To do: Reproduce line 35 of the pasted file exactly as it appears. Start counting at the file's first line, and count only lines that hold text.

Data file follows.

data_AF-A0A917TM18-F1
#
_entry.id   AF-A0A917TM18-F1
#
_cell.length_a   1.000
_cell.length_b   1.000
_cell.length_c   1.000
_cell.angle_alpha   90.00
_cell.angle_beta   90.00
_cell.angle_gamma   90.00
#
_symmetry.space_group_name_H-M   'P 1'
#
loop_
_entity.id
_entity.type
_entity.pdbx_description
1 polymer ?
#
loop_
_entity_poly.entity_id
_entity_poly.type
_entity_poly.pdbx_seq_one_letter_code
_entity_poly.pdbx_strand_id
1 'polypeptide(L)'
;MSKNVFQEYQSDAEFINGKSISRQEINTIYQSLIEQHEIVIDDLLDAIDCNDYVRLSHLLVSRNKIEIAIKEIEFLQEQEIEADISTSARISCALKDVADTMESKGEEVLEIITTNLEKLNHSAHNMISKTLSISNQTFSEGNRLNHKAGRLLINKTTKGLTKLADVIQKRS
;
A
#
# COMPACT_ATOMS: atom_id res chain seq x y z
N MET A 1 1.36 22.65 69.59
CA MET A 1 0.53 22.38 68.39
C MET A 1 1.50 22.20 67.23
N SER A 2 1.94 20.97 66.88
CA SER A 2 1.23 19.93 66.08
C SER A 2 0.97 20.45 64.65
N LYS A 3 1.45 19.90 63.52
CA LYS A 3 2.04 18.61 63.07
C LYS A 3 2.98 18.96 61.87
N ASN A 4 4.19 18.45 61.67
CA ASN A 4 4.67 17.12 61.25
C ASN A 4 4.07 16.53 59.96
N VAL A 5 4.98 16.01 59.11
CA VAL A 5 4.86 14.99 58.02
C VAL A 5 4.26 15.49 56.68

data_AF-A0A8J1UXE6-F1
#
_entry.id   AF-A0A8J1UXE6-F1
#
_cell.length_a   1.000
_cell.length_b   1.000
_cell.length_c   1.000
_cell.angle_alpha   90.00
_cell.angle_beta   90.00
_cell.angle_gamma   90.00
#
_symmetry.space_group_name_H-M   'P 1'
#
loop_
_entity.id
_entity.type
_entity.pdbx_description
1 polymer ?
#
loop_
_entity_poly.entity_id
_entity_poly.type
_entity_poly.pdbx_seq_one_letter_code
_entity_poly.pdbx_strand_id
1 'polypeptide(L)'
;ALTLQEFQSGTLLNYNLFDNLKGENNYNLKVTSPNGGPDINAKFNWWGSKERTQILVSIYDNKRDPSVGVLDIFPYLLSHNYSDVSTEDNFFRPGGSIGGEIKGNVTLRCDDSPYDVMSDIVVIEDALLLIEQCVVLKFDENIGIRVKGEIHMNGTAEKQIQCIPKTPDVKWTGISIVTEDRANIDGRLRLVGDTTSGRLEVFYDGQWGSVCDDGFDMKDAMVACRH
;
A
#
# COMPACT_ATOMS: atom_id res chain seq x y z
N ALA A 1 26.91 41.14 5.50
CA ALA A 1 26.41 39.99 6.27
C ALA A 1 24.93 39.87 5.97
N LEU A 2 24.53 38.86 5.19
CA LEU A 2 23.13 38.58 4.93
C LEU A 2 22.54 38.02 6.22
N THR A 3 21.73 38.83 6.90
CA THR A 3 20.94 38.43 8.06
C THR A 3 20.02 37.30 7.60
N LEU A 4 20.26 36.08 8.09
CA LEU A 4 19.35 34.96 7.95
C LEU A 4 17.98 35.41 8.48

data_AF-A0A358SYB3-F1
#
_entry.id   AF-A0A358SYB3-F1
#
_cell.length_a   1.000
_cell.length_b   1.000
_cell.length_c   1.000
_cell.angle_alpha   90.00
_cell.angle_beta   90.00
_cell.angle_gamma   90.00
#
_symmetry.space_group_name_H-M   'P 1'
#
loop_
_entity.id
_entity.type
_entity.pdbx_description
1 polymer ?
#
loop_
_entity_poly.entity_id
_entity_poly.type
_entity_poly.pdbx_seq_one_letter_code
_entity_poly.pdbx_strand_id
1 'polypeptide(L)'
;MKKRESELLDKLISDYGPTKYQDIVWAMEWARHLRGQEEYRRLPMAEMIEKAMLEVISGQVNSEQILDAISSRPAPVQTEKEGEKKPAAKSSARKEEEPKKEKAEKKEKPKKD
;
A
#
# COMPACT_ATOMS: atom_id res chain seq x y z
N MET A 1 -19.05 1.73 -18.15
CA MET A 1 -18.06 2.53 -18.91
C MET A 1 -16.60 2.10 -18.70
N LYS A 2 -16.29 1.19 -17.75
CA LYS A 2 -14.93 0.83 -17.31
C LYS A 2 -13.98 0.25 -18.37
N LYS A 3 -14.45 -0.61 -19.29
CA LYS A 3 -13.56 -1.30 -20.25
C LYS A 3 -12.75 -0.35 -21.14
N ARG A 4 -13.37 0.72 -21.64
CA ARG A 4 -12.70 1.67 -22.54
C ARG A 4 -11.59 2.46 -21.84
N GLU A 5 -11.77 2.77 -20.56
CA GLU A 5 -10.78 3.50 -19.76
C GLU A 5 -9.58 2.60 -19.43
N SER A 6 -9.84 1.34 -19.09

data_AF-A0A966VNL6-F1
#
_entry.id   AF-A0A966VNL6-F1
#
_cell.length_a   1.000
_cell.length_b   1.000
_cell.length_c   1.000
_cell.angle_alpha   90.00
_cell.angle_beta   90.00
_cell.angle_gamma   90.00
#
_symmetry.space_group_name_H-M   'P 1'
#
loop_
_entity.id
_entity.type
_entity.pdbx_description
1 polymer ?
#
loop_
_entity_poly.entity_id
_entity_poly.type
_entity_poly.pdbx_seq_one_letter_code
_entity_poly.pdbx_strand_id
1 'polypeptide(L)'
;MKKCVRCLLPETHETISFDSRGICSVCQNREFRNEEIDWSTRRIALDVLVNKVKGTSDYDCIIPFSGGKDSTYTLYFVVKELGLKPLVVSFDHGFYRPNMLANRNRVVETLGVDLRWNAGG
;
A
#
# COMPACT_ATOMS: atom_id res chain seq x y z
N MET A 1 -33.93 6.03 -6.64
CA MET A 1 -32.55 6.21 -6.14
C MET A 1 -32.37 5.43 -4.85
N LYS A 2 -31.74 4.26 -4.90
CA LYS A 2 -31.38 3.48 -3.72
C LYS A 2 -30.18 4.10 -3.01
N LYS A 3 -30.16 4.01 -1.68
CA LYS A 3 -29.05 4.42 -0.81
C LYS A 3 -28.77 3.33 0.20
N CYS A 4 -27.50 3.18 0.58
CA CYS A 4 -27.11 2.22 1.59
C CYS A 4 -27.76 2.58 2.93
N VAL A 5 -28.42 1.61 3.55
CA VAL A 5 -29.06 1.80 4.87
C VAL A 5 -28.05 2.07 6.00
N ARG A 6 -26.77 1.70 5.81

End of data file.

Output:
CA SER A 2 1.23 19.93 66.08